- According to a survey on corporate attitudes by Microsoft, about 85 percent of managers worry they can’t tell if employees are getting enough done, while 87 percent of workers say their productivity is just fine.
The ongoing moonlighting debate in India has seen top IT firms with unwelcome scrutiny on employees. Moonlighting refers to employees taking up side gigs to work on more than one job at a time. Companies like Wipro, Infosys and Tata Consultancy Services (TCS) have criticised the idea and termed it as ‘unethical’ and cheating. Wipro has further gone and fired 300 of its employees after finding out that they were working with one of its competitors at the same time.
In contrast, Minister of state for electronics and information technology Rajeev Chandrasekhar has backed moonlighting, and said that companies should accept the employee-entrepreneur mindset of today’s tech force. Food delivery platform Swiggy also introduced ‘Moonlighting policy’ in which the employees were allowed to work on second jobs, under certain conditions.
Also Read: Return to workplace may ease moonlighting concerns in IT industry, say experts
Amid all this debate, now, Microsoft chief executive officer Satya Nadella has coined a fresh term called ‘Productivity Paranoia’.
What is Productivity Paranoia?
More than two years after remote work and hybrid jobs became widespread, there’s still a stark divide over how it’s going. According to a survey on corporate attitudes by Microsoft, about 85 percent of managers worry they can’t tell if employees are getting enough done, while 87 percent of workers say their productivity is just fine.
Managers’ fears about idle workers are creating what Microsoft Chief Executive Officer Satya Nadella calls “productivity paranoia,” with undesirable results—like spying on employees.
Also Read: Rajeev Chandrasekhar backs moonlighting but cautions against violating employment
“Leaders think their employees are not productive, whereas employees think they are being productive and in many cases even feel burnt out,” he said in a Bloomberg Television interview. “One of the most important things for us in this new world of work and hybrid work is to bridge this paradox.”
“There’s a growing debate about employee surveillance, and we have a really strong stance—we just think that’s wrong,” said Jared Spataro, a Microsoft vice president. “We don’t think that employers should be surveilling and taking note of the activity of keystrokes and mouse clicks and those types of things because, in so many ways, we feel like that’s measuring heat rather than outcome.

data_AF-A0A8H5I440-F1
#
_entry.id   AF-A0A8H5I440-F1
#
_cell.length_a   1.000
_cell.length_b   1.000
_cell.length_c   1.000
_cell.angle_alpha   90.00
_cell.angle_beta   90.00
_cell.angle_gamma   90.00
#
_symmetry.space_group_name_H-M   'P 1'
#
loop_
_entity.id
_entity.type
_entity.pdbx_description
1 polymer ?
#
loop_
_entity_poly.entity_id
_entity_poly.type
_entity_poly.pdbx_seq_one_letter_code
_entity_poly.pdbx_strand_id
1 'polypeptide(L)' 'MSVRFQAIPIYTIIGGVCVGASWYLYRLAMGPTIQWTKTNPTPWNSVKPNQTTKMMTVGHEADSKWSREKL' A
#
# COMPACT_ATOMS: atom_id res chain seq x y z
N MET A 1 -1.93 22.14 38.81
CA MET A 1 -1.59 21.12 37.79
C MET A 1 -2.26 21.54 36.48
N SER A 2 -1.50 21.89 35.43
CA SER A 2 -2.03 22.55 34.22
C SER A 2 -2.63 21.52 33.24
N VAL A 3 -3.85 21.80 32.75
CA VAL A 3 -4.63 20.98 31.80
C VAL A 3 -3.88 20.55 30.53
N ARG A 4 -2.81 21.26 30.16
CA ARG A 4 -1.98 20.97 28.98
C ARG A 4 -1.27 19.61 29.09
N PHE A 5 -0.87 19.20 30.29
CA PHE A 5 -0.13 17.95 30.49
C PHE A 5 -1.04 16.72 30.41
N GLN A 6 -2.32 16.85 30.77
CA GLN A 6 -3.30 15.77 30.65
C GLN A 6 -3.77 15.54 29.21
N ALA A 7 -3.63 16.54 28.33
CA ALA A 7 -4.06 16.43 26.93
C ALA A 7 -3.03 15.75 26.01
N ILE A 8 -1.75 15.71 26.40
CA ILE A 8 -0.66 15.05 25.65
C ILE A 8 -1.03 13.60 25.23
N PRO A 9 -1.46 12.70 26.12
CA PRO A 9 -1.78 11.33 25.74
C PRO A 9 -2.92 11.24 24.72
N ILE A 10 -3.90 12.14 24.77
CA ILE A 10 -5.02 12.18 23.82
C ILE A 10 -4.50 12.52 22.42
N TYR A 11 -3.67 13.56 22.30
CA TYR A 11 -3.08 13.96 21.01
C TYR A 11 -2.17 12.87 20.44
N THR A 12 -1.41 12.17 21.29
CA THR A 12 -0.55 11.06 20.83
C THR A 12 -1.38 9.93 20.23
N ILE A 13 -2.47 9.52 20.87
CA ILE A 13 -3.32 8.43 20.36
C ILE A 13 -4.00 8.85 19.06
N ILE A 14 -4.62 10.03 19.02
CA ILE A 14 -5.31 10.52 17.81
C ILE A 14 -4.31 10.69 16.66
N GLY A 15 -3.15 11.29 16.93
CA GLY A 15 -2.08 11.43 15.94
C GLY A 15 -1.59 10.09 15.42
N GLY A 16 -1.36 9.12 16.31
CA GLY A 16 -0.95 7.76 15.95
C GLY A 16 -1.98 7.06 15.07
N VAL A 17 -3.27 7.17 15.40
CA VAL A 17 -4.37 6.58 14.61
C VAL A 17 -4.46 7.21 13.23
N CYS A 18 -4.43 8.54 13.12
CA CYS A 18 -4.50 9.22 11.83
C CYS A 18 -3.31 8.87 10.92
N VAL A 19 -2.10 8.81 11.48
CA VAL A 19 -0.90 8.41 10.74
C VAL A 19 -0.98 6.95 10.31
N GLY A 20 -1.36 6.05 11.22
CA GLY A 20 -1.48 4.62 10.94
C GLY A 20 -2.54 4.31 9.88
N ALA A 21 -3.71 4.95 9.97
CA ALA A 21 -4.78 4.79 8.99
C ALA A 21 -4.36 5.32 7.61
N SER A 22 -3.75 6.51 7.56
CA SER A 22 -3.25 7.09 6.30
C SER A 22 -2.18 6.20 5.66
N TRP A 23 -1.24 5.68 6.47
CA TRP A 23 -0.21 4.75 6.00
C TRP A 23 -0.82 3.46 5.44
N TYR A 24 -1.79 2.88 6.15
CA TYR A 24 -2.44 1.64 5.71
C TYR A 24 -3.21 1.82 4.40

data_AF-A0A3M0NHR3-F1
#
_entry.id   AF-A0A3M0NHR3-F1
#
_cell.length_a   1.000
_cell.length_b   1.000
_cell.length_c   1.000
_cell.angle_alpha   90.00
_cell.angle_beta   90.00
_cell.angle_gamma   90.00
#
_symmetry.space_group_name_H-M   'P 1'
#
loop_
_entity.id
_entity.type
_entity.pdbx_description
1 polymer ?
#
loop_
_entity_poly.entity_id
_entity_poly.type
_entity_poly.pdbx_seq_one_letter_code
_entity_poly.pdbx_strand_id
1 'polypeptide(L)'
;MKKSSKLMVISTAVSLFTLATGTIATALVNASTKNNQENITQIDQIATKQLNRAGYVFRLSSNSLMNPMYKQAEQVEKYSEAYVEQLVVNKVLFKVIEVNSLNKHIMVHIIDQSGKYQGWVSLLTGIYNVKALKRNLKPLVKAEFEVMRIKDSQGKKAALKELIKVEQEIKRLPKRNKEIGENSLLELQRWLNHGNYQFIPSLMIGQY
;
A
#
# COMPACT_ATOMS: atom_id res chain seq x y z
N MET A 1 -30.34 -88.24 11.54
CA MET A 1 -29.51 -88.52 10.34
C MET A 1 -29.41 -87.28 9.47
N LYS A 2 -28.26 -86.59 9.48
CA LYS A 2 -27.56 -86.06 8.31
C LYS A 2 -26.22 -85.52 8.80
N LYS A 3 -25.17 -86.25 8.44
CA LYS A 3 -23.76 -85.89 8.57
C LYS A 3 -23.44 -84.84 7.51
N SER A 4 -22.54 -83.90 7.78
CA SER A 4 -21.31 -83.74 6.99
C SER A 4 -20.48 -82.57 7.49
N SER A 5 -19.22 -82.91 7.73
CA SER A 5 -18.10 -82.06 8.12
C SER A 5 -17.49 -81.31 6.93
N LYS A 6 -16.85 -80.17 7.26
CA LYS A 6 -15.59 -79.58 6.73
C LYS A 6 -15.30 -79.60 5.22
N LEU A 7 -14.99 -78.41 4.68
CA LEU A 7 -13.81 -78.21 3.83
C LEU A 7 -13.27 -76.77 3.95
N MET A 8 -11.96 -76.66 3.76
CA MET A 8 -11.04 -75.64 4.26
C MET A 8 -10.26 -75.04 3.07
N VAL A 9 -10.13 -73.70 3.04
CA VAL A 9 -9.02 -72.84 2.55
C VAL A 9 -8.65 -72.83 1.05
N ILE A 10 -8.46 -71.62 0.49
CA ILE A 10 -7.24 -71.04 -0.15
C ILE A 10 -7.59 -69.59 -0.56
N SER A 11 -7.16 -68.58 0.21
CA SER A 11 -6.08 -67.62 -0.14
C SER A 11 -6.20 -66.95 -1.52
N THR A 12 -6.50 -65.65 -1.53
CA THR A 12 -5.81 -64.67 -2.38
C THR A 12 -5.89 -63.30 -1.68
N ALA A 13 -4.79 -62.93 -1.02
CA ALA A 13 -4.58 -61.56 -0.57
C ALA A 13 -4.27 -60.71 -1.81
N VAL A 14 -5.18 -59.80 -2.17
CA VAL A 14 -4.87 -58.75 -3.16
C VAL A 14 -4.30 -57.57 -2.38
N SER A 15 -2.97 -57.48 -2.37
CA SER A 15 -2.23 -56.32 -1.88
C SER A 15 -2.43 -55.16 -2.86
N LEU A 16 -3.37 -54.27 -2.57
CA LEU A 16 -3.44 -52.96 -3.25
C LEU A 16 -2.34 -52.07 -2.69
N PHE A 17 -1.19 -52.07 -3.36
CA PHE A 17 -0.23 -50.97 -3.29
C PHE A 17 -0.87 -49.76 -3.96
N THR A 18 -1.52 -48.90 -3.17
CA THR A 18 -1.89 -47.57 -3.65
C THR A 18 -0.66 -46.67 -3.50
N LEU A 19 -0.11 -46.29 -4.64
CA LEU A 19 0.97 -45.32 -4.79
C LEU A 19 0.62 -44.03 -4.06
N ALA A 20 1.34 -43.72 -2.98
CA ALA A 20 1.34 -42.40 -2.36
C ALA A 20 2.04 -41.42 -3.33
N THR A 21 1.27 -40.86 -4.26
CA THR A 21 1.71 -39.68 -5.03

Earlier in April 2022, Nadella had also warned that employees well-being could suffer from an ever-expanding workday that often creeps well into the night.
Nadella, whose company studied how remote work impacts collaboration in an effort to improve its Teams software, had cited Microsoft research showing that about a third of white-collar workers have a “third peak” of productivity late in the evening, based on keyboard activity.
Productivity typically spikes before and after lunch, but this third peak illustrates how remote work has broken down already-blurred boundaries between our job and our home lives. Nadella, while speaking at the Wharton Future of Work Conference, said managers need to set clear norms and expectations for workers so that they’re not pressured to answer emails late at night.
“We think about productivity through collaboration and output metrics, but well-being is one of the most important pieces of productivity,” he said. “We know what stress does to workers. We need to learn the soft skills, good old-fashioned management practices, so people have their wellbeing taken care of. I can set that expectation, that our people can get an email from the CEO on the weekend and not feel that they have to respond.
As per the new study of Microsoft employees, about 30 percent experienced “peaks” of work in the morning, afternoon, and, to a lesser extent, at around 10 pm. The average workday has expanded by 46 minutes, or 13 percent, since the pandemic began, Microsoft has found, with time spent on after-hours work growing even more quickly, at 28 percent.
The data show how workers have increasingly adopted more asynchronous schedules, which don’t always line up with those of their far-flung colleagues or managers.
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